Platinol is the brand name for a widely-used chemotherapy drug called cisplatin. It was first approved for use in treating cancer by the U.S. Food and Drug Administration (FDA) in 1978. Currently manufactured by Bristol-Myers Squibb, Teva Pharmaceuticals, Tocris Biosciences, and many other pharmaceuticals, cisplatin is widely available in both brand name and generic form.
Like other chemotherapy drugs, cisplatin is delivered as an intravenous injection and is administered in cycles. It belongs to the platinum-based class of chemotherapy drugs that seek out and kill fast-growing cells in the body. Cisplatin is a common choice for treating mesothelioma, but it is often used in combination with other drugs. It can cause serious side effects that must be monitored carefully.
What Is Cisplatin?
Cisplatin is a platinum-containing compound and chemotherapy drug that fights cancer by specifically attacking fast-growing cells in the body. It is administered intravenously for several hours, but only once every three to four weeks. Because cisplatin is only specific to fast-growing cells, it kills cancer cells and healthy cells that also grow and divide rapidly. This is what causes certain side effects in patients. Patients are typically given as much of the drug as they can handle, in terms of side effects. It is thought that cisplatin causes cancer cells to die by binding to and distorting the DNA, which triggers induced cell death.
Cisplatin is used to treat several types of cancers, including head and neck cancers, bladder cancer, breast cancer, testicular cancer, ovarian cancer, cervical cancer, lung cancer, brain cancer, and mesothelioma. When it first came on the market in 1978, cisplatin was found to be able to cure testicular cancer, a big advancement in cancer research and treatment. Its discovery was accidental, but since it was approved it has saved lives and continues to be an important part of cancer research and clinical trials.
Combination Therapy with Cisplatin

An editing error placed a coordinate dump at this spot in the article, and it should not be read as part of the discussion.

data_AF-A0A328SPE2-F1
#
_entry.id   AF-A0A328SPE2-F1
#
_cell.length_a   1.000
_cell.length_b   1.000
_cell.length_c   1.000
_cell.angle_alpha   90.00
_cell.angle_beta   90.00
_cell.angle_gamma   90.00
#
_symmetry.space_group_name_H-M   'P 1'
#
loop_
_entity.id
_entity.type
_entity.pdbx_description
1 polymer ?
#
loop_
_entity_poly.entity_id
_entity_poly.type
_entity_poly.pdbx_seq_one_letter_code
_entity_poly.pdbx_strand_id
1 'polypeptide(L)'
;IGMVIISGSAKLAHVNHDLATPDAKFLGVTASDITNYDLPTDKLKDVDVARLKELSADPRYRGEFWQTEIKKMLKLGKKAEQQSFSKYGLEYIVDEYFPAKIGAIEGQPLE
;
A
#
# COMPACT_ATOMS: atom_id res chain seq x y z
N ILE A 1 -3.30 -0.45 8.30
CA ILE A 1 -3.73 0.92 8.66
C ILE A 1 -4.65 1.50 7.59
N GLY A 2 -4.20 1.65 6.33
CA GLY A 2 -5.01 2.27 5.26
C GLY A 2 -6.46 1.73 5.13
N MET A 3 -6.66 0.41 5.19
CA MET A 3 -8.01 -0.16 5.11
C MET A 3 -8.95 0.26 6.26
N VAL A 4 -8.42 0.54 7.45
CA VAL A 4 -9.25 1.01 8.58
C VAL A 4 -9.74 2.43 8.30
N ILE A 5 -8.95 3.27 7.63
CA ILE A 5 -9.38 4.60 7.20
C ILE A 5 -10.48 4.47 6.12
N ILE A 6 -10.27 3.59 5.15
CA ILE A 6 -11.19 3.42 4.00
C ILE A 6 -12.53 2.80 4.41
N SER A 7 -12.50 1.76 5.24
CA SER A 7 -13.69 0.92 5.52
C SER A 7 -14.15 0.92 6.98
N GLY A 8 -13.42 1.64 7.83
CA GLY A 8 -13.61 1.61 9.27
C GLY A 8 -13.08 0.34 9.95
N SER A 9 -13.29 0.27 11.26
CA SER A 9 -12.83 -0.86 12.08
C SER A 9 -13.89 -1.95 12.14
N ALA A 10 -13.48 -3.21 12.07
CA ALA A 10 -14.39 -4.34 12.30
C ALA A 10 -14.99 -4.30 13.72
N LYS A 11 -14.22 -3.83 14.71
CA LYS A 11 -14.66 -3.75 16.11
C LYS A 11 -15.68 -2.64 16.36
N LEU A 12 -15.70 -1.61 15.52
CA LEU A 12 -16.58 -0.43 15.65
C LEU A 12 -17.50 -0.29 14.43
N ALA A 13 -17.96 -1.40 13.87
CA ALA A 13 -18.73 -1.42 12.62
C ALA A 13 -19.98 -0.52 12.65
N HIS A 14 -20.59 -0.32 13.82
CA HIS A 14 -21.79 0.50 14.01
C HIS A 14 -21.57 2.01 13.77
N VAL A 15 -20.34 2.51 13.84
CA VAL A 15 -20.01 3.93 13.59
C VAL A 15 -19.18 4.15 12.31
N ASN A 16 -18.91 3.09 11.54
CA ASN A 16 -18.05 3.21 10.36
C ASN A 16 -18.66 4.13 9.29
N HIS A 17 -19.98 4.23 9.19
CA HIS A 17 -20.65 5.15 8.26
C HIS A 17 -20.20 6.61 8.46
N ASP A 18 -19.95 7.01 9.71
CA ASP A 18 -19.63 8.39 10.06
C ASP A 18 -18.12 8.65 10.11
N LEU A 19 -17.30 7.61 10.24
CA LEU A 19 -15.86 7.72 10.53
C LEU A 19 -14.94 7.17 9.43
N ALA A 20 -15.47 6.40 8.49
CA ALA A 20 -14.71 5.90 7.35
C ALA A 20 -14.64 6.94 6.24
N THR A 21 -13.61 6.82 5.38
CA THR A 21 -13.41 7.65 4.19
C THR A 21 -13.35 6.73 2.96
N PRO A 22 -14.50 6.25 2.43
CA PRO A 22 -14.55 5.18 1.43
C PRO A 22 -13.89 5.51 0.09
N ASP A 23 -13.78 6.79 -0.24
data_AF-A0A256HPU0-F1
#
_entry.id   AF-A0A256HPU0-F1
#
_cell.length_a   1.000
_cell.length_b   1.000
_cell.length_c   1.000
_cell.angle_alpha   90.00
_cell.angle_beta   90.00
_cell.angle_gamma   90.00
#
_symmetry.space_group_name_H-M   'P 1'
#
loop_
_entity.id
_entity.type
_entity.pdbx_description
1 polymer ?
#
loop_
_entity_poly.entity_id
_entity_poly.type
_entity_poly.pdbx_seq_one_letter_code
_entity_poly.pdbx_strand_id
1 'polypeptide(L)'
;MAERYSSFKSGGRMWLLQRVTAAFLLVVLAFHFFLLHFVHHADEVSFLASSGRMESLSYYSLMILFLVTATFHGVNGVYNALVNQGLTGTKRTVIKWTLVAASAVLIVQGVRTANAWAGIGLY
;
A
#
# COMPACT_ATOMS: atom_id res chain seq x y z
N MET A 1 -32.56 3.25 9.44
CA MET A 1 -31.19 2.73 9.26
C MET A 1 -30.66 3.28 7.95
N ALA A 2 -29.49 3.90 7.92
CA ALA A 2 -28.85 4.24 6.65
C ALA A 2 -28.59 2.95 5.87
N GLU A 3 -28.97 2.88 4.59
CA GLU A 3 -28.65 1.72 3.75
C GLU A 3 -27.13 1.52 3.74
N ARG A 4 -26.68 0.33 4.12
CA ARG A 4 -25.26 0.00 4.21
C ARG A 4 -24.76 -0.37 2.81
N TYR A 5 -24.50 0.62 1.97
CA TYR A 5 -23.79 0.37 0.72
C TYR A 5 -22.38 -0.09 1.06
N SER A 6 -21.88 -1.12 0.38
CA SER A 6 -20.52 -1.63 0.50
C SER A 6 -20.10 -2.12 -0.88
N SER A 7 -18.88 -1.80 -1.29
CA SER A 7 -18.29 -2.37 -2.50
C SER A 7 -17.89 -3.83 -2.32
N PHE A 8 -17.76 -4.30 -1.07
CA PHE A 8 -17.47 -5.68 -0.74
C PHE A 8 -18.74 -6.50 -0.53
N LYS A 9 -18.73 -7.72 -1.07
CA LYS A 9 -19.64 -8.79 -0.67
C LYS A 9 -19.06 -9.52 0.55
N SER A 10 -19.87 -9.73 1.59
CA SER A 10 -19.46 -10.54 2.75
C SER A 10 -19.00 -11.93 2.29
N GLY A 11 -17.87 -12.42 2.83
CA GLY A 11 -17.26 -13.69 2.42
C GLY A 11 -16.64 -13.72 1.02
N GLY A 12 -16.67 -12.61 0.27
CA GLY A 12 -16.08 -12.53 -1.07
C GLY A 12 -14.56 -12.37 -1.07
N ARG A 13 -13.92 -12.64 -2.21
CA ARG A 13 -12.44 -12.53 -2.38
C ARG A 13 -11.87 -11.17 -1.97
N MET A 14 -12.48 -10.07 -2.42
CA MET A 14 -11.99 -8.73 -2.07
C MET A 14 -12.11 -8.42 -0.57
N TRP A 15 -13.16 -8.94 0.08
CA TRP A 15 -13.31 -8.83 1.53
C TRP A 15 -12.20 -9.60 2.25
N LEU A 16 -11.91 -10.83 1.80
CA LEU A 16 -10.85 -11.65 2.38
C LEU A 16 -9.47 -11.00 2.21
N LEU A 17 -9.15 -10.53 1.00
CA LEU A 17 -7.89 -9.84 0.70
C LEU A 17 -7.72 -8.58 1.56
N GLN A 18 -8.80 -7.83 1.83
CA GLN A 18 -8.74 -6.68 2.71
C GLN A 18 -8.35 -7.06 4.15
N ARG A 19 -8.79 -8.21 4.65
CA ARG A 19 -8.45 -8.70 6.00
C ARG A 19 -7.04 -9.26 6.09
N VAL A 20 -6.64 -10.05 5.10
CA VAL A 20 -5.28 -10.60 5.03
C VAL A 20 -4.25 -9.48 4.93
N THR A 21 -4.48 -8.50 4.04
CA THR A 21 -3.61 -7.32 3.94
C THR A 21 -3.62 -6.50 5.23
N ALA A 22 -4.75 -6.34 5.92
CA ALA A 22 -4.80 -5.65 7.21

Cisplatin combined with other chemotherapy drugs has been the basic approach to treating a number of cancers for decades. The reason for combining it with other drugs is that even when cisplatin is effective used alone, it is only effective for a limited period of time. Eventually, often after a relapse of the cancer, the cancer cells in the body become immune to the drug.
To combat this resistance, cisplatin is usually combined with one or two other chemotherapy drugs. Combinations are also popular for treating mesothelioma patients because cisplatin alone only has a small response rate on mesothelioma tumors. For mesothelioma, doxorubicin is a common choice for cisplatin combination therapy. Other possible combinations for cisplatin and treating mesothelioma include Alimta and gemcitabine.
Cisplatin in Mesothelioma Treatment
Cisplatin, most often in combination with other chemotherapy drugs, can be used in a couple of ways to treat mesothelioma patients. It may be used after surgery to try to eliminate any remaining cancer cells that the surgeon could not see or physically remove. In patients who are not good candidates for surgery, cisplatin and other drugs are usually used to slow the progression of the disease.
Combined with doxorubicin, cisplatin is often used in mesothelioma patients in the advanced stages needing palliative care. The combination helps relieve symptoms of the cancer to make patients more comfortable. More recently, cisplatin has been combined with Alimta for mesothelioma patients with positive results. Clinical trials have shown that patients with mesothelioma live longer when given this combination than when receiving cisplatin alone.